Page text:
Authors+Show Affiliations

Division of Clinical Biochemistry, Faculty of Medicine of the Philipps University, D-35037 Marburg, Germany.No affiliation info availableNo affiliation info available

Pub Type(s)

Journal Article
Research Support, Non-U.S. Gov't
Review

Language

eng

PubMed ID

10787385

Citation

Doss, M O., et al. "Alcohol and Porphyrin Metabolism." Alcohol and Alcoholism (Oxford, Oxfordshire), vol. 35, no. 2, 2000, pp. 109-25.
Doss MO, Kühnel A, Gross U. Alcohol and porphyrin metabolism. Alcohol Alcohol. 2000;35(2):109-25.
Doss, M. O., Kühnel, A., & Gross, U. (2000). Alcohol and porphyrin metabolism. Alcohol and Alcoholism (Oxford, Oxfordshire), 35(2), pp. 109-25.
Doss MO, Kühnel A, Gross U. Alcohol and Porphyrin Metabolism. Alcohol Alcohol. 2000;35(2):109-25. PubMed PMID: 10787385.
* Article titles in AMA citation format should be in sentence-case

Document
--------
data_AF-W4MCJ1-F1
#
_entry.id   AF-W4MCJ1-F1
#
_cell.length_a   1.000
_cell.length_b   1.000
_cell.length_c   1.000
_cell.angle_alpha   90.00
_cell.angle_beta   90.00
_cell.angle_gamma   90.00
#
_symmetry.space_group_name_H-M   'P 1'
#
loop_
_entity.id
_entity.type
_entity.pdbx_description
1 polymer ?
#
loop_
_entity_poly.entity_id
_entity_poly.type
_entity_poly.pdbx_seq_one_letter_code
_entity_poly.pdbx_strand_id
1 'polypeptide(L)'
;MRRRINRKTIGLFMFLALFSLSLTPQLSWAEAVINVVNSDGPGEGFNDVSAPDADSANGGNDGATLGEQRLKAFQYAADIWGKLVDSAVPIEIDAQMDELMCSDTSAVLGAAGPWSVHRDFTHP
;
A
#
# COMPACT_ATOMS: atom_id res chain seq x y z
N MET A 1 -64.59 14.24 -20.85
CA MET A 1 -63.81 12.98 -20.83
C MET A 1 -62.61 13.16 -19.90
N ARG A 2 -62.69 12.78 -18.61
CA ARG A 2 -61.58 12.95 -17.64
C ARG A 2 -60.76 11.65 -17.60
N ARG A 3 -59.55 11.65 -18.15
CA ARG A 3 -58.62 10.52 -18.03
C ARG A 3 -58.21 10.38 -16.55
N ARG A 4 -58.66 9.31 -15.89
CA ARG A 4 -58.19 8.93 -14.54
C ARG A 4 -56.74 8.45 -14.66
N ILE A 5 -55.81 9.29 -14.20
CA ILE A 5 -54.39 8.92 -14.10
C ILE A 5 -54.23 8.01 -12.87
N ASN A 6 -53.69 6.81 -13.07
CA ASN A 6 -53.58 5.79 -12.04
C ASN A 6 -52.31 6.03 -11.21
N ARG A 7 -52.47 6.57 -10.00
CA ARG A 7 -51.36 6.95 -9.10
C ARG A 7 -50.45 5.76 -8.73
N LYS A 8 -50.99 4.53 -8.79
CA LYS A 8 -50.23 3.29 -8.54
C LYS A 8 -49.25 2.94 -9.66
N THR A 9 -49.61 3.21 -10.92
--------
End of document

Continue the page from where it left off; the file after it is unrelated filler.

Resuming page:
TY - JOUR T1 - Alcohol and porphyrin metabolism. AU - Doss,M O, AU - Kühnel,A, AU - Gross,U, PY - 2000/4/29/pubmed PY - 2000/7/15/medline PY - 2000/4/29/entrez SP - 109 EP - 25 JF - Alcohol and alcoholism (Oxford, Oxfordshire) JO - Alcohol Alcohol. VL - 35 IS - 2 N2 - Alcohol is a porphyrinogenic agent which may cause disturbances in porphyrin metabolism in healthy persons as well as biochemical and clinical manifestations of acute and chronic hepatic porphyrias. After excessive consumption of alcohol, a temporary, clinically asymptomatic secondary hepatic coproporphyrinuria is observable, which can become persistent in cases of alcohol-induced liver damage. Nowadays, the alcohol-liver-porphyrinuria syndrome is the first to be mentioned in secondary hepatic disturbances of porphyrin metabolism. Acute hepatic porphyrias (acute intermittent porphyria, variegate porphyria and hereditary coproporphyria) are considered to be molecular regulatory diseases, in contrast to non-acute, chronic hepatic porphyria, clinically appearing as porphyria cutanea tarda (PCT). Porphyrins do not accumulate in the liver in acute porphyrias, whereas in chronic hepatic porphyrias they do. Thus, chronic hepatic porphyria is a porphyrin-accumulation disease, whereas acute hepatic porphyrias are haem-pathway-dysregulation diseases, characterized in general by induction of delta-aminolevulinic acid synthase in the liver and excessive stimulation of the pathway without storage of porphyrins in the liver. The clinical expression of acute hepatic porphyrias can be triggered by alcohol, because alcohol augments the inducibility of delta-aminolevulinic acid synthase. In chronic hepatic porphyrias, however, which are already associated with liver damage, alcohol potentiates the disturbance of the decarboxylation of uro- and heptacarboxyporphyrinogen, which is followed by a hepatic accumulation of uro- and heptacarboxyporphyrin and their sometimes extreme urinary excretion. Especially in persons with a genetic deficiency of uroporphyrinogen decarboxylase, but also in patients with the so-called sporadic variety of PCT, alcohol is able to transform an asymptomatic coproporphyrinuria into PCT. Alcohol has many biochemical and clinical effects on porphyrin and haem synthesis both in humans and laboratory animals. Ethanol suppresses the activity of porphobilinogen synthase (synonym: delta-aminolevulinic acid dehydratase), uroporphyrinogen decarboxylase, coproporphyrinogen oxidase and ferrochelatase, whereas it induces the first and rate-limiting enzyme in the pathway, delta-aminolevulinic acid synthase and also porphobilinogen deaminase. Therefore, teetotalism is a therapeutically and prophylactically important measure in all types of hepatic porphyrias. SN - 0735-0414 UR - https://www.unboundmedicine.com/medline/citation/10787385/Alcohol_and_porphyrin_metabolism_ L2 - https://academic.oup.com/alcalc/article-lookup/doi/10.1093/alcalc/35.2.109 DB - PRIME DP - Unbound Medicine ER -